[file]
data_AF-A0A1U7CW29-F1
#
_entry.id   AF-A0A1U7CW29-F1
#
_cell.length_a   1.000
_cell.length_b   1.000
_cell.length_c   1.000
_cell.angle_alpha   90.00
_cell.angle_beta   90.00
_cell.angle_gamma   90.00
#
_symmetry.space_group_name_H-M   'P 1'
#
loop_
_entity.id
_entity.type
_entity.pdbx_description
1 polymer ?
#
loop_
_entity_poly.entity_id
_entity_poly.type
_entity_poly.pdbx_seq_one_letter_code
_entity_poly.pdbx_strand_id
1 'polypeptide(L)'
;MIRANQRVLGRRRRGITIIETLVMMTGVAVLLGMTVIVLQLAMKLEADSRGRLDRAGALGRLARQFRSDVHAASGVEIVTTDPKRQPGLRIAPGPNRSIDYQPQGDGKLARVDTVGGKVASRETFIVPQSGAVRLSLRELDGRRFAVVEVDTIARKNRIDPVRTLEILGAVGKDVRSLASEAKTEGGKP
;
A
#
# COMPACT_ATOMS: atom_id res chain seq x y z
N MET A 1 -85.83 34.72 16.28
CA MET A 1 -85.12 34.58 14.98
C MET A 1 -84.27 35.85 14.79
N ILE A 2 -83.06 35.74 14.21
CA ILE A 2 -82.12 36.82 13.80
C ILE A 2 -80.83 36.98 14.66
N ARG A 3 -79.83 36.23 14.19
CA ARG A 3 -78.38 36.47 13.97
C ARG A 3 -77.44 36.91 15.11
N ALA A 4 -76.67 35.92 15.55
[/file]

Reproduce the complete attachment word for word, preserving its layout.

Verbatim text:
data_AF-A0A1U7CW29-F1
#
_entry.id   AF-A0A1U7CW29-F1
#
_cell.length_a   1.000
_cell.length_b   1.000
_cell.length_c   1.000
_cell.angle_alpha   90.00
_cell.angle_beta   90.00
_cell.angle_gamma   90.00
#
_symmetry.space_group_name_H-M   'P 1'
#
loop_
_entity.id
_entity.type
_entity.pdbx_description
1 polymer ?
#
loop_
_entity_poly.entity_id
_entity_poly.type
_entity_poly.pdbx_seq_one_letter_code
_entity_poly.pdbx_strand_id
1 'polypeptide(L)'
;MIRANQRVLGRRRRGITIIETLVMMTGVAVLLGMTVIVLQLAMKLEADSRGRLDRAGALGRLARQFRSDVHAASGVEIVTTDPKRQPGLRIAPGPNRSIDYQPQGDGKLARVDTVGGKVASRETFIVPQSGAVRLSLRELDGRRFAVVEVDTIARKNRIDPVRTLEILGAVGKDVRSLASEAKTEGGKP
;
A
#
# COMPACT_ATOMS: atom_id res chain seq x y z
N MET A 1 -85.83 34.72 16.28
CA MET A 1 -85.12 34.58 14.98
C MET A 1 -84.27 35.85 14.79
N ILE A 2 -83.06 35.74 14.21
CA ILE A 2 -82.12 36.82 13.80
C ILE A 2 -80.83 36.98 14.66
N ARG A 3 -79.83 36.23 14.19
CA ARG A 3 -78.38 36.47 13.97
C ARG A 3 -77.44 36.91 15.11
N ALA A 4 -76.67 35.92 15.55